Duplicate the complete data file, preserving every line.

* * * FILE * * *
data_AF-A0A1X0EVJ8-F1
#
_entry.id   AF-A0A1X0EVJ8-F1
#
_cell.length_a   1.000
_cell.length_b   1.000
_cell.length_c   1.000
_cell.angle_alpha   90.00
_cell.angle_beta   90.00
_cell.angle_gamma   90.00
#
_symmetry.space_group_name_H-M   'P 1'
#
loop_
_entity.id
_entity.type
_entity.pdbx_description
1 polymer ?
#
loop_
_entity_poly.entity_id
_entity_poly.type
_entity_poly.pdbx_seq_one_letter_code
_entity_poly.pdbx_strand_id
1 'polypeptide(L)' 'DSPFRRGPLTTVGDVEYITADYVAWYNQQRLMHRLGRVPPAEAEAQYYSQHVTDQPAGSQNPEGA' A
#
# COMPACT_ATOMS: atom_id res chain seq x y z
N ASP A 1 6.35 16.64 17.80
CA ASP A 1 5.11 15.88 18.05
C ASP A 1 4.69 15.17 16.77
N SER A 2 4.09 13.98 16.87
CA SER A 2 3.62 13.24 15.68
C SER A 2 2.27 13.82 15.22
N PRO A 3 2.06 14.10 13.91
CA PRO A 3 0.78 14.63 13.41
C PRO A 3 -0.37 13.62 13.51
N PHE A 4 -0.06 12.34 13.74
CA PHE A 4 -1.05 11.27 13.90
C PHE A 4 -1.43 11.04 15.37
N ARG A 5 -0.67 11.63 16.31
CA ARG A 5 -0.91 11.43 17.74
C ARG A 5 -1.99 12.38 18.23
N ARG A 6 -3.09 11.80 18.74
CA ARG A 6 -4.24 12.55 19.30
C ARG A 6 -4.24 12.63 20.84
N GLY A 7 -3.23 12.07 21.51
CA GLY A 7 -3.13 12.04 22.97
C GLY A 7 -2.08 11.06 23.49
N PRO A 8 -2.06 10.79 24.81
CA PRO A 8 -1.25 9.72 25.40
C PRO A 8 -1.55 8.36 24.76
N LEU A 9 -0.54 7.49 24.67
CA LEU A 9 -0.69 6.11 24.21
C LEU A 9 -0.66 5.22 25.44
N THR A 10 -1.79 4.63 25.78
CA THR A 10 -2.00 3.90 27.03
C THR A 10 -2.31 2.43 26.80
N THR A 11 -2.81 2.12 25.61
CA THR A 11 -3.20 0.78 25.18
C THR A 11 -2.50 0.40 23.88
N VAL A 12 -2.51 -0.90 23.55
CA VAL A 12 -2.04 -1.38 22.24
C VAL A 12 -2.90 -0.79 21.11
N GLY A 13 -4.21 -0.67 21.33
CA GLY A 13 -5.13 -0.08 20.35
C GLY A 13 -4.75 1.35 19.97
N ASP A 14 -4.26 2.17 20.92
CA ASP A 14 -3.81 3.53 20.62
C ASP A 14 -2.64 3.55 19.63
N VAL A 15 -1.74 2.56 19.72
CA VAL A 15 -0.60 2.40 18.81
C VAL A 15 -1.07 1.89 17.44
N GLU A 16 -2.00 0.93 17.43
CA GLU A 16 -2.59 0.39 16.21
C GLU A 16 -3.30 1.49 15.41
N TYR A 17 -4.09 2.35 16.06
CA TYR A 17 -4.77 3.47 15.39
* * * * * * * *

data_AF-A0A1X0EVJ8-F1
#
_entry.id   AF-A0A1X0EVJ8-F1
#
_cell.length_a   1.000
_cell.length_b   1.000
_cell.length_c   1.000
_cell.angle_alpha   90.00
_cell.angle_beta   90.00
_cell.angle_gamma   90.00
#
_symmetry.space_group_name_H-M   'P 1'
#
loop_
_entity.id
_entity.type
_entity.pdbx_description
1 polymer ?
#
loop_
_entity_poly.entity_id
_entity_poly.type
_entity_poly.pdbx_seq_one_letter_code
_entity_poly.pdbx_strand_id
1 'polypeptide(L)' 'DSPFRRGPLTTVGDVEYITADYVAWYNQQRLMHRLGRVPPAEAEAQYYSQHVTDQPAGSQNPEGA' A
#
# COMPACT_ATOMS: atom_id res chain seq x y z
N ASP A 1 6.35 16.64 17.80
CA ASP A 1 5.11 15.88 18.05
C ASP A 1 4.69 15.17 16.77
N SER A 2 4.09 13.98 16.87
CA SER A 2 3.62 13.24 15.68
C SER A 2 2.27 13.82 15.22
N PRO A 3 2.06 14.10 13.91
CA PRO A 3 0.78 14.63 13.41
C PRO A 3 -0.37 13.62 13.51
N PHE A 4 -0.06 12.34 13.74
CA PHE A 4 -1.05 11.27 13.90
C PHE A 4 -1.43 11.04 15.37
N ARG A 5 -0.67 11.63 16.31
CA ARG A 5 -0.91 11.43 17.74
C ARG A 5 -1.99 12.38 18.23
N ARG A 6 -3.09 11.80 18.74
CA ARG A 6 -4.24 12.55 19.30
C ARG A 6 -4.24 12.63 20.84
N GLY A 7 -3.23 12.07 21.51
CA GLY A 7 -3.13 12.04 22.97
C GLY A 7 -2.08 11.06 23.49
N PRO A 8 -2.06 10.79 24.81
CA PRO A 8 -1.25 9.72 25.40
C PRO A 8 -1.55 8.36 24.76
N LEU A 9 -0.54 7.49 24.67
CA LEU A 9 -0.69 6.11 24.21
C LEU A 9 -0.66 5.22 25.44
N THR A 10 -1.79 4.63 25.78
CA THR A 10 -2.00 3.90 27.03
C THR A 10 -2.31 2.43 26.80
N THR A 11 -2.81 2.12 25.61
CA THR A 11 -3.20 0.78 25.18
C THR A 11 -2.50 0.40 23.88
N VAL A 12 -2.51 -0.90 23.55
CA VAL A 12 -2.04 -1.38 22.24
C VAL A 12 -2.90 -0.79 21.11
N GLY A 13 -4.21 -0.67 21.33
CA GLY A 13 -5.13 -0.08 20.35
C GLY A 13 -4.75 1.35 19.97
N ASP A 14 -4.26 2.17 20.92
CA ASP A 14 -3.81 3.53 20.62
C ASP A 14 -2.64 3.55 19.63
N VAL A 15 -1.74 2.56 19.72
CA VAL A 15 -0.60 2.40 18.81
C VAL A 15 -1.07 1.89 17.44
N GLU A 16 -2.00 0.93 17.43
CA GLU A 16 -2.59 0.39 16.21
C GLU A 16 -3.30 1.49 15.41
N TYR A 17 -4.09 2.35 16.06
CA TYR A 17 -4.77 3.47 15.39